Judge grants final approval of Boy Scouts of America reorganization plan to pay more than $2.4 billion in sex abuse claims

A judge approved Thursday the Boy Scouts of America reorganization plan to pay more than $2.4 billion in sex abuse claims. Pictured is the Boy Scouts of America headquarters in Irving, Texas, in February 2020.

By Lauren del Valle, CNN

(CNN) -- A judge in Delaware federal bankruptcy court granted final approval Thursday for the confirmation of a reorganization plan for the Boy Scouts of America -- one set to pay out more than $2.4 billion in compensation to more than 82,000 sexual abuse survivors.

The Coalition of Abused Scouts for Justice, a group including more than two dozen law firms representing more than 70,000 of the claimants, called confirmation of the final approval of the plan in July historic for "tens of thousands of survivors of childhood sexual assault."

"The confirmation of this Plan makes closure possible and some measure of justice tangible for people whose voices have been silenced for far too long," Coalition representatives said in a news release from July the coalition sent to CNN when asked for comment Thursday.

"The Court found that the BSA's liability for abuse claims is most likely between $2.4 billion and $3.6 billion, and approved settlements that will provide for initial funding of $2.279 billion to survivors: $78 million from the BSA, $515 million from local councils, $30 million from the United Methodist Church, and $1.656 billion from settling insurers," the release said.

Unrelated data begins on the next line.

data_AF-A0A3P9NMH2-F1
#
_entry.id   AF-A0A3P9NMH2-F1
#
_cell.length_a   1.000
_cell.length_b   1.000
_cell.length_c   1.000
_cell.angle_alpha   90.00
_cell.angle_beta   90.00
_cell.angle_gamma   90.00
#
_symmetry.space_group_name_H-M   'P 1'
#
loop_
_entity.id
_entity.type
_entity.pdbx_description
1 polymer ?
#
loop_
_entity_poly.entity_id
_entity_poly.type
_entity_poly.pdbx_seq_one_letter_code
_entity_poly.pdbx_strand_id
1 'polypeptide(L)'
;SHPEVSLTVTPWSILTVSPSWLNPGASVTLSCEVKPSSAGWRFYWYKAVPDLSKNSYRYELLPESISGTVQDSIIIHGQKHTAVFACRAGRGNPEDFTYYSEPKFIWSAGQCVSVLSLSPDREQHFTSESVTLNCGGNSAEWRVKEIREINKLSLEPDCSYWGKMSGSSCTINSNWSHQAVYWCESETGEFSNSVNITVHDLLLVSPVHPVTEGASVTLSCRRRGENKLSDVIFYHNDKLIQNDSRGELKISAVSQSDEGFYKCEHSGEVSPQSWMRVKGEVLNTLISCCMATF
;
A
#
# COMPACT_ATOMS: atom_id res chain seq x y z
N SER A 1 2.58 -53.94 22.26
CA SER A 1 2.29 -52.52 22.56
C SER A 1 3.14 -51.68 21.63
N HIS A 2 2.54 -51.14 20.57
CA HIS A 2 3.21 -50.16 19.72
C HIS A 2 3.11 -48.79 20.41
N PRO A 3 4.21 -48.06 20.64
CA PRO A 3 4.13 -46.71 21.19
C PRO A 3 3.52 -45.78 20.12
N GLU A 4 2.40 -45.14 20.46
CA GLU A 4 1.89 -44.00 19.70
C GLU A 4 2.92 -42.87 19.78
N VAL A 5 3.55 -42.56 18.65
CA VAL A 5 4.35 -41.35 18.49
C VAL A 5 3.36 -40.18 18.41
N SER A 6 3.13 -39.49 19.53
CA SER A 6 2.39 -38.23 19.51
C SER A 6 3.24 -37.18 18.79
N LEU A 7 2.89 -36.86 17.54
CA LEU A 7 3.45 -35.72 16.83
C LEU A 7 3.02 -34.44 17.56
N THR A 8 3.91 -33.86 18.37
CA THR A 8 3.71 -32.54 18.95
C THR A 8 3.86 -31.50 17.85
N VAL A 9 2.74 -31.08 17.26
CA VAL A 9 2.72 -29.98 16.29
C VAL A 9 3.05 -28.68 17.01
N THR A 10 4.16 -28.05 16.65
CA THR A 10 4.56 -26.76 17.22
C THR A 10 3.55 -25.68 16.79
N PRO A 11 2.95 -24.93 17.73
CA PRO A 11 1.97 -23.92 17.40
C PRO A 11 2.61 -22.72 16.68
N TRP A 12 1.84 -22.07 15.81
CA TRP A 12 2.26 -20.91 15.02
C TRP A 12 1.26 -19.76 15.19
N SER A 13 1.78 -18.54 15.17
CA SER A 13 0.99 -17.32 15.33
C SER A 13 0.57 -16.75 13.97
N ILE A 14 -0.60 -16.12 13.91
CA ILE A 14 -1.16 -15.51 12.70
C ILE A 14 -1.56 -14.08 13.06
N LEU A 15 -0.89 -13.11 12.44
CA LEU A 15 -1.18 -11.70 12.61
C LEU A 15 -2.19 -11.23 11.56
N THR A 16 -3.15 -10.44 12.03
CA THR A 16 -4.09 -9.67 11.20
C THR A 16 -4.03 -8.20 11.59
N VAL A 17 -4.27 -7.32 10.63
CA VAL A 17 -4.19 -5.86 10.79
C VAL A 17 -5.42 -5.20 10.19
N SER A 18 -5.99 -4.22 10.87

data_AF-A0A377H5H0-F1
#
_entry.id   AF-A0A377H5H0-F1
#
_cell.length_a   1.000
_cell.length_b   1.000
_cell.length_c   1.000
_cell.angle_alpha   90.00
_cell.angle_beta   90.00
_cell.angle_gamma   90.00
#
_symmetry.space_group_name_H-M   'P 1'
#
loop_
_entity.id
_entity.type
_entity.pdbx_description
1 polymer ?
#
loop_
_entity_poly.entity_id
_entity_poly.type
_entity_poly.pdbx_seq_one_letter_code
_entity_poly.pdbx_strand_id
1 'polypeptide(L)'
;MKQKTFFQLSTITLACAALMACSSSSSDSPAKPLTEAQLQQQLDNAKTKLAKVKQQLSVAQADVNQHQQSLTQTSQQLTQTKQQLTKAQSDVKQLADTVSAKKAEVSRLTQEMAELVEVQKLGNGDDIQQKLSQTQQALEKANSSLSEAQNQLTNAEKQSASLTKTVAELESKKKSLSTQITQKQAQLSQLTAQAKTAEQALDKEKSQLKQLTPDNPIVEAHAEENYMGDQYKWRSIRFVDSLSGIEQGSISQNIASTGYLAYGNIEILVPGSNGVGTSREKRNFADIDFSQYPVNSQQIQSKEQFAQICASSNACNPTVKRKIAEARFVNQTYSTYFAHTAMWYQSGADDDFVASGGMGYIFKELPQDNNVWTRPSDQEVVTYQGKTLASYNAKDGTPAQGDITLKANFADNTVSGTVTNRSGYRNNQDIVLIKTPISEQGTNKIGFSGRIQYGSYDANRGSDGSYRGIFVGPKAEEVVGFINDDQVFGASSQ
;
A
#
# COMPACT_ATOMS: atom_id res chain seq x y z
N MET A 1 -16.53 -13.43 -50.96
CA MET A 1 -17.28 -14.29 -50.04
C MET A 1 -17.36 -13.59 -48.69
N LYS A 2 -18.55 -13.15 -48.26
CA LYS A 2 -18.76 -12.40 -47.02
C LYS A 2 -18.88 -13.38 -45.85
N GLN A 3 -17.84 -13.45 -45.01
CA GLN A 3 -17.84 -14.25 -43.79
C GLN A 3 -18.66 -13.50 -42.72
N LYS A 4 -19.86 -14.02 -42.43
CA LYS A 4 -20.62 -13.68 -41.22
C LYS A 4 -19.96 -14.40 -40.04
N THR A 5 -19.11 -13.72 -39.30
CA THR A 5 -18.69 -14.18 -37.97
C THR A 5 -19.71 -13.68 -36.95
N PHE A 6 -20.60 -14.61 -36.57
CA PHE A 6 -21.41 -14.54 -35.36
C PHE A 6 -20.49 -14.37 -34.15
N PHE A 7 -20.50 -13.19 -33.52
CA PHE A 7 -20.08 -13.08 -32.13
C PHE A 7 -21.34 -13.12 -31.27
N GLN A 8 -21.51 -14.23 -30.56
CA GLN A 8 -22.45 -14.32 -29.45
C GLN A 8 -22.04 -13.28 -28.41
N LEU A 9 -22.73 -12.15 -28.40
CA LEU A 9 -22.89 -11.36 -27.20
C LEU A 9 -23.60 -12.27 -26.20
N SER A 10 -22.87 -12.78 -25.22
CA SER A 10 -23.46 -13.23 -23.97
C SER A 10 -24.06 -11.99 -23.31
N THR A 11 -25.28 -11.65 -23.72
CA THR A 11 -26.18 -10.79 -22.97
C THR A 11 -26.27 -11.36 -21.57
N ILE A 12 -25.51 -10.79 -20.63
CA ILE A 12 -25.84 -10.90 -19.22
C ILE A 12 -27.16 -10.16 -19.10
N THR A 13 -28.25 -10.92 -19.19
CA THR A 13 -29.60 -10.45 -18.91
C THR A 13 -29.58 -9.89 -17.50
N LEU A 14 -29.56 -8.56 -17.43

In addition to the settlement payout agreements to abuse survivors, the terms of the reorganization plan also require the implementation of safety measures and "protections for current and future generations of Scouts," according to the release.

The judge had preliminarily approved the settlement at the end of July as the organization ironed out a few final details.

"This is a case about trust -or more accurately- lack of trust," Chief Judge Laurie Selber Silverstein wrote in an order in July. "Boys and their families put their faith in a lionized institution, which failed many of them."

"These boys -now men- seek and deserve compensation for the sexual abuse they suffered years ago. Abuse which has had a profound effect on their lives and for which no compensation will ever be enough. They also seek to ensure that to the extent BSA survives, there is an environment where sexual abuse can never again thrive or be hidden from view," the judge wrote.

The coalition expects Boy Scouts of America can now "complete its financial restructuring process and emerge from Chapter 11" proceedings once conditions of the plan are met, according to the release.

The youth organization filed for bankruptcy in February 2020, when it was facing hundreds of sexual abuse lawsuits, and said it hoped the financial restructuring would ensure "we can equitably compensate all victims of past abuse."

This week's approval is another hurdle cleared toward BSA exiting bankruptcy, though some parties have indicated they will appeal the now-approved confirmation, BSA representatives said Thursday.

"Because certain parties have communicated their intent to appeal the confirmation order, we will next begin a District Court appeal process in order to emerge from Chapter 11, which will allow survivors to be equitably compensated and preserve the mission of Scouting for future generations," Boy Scouts of America said in a statement.

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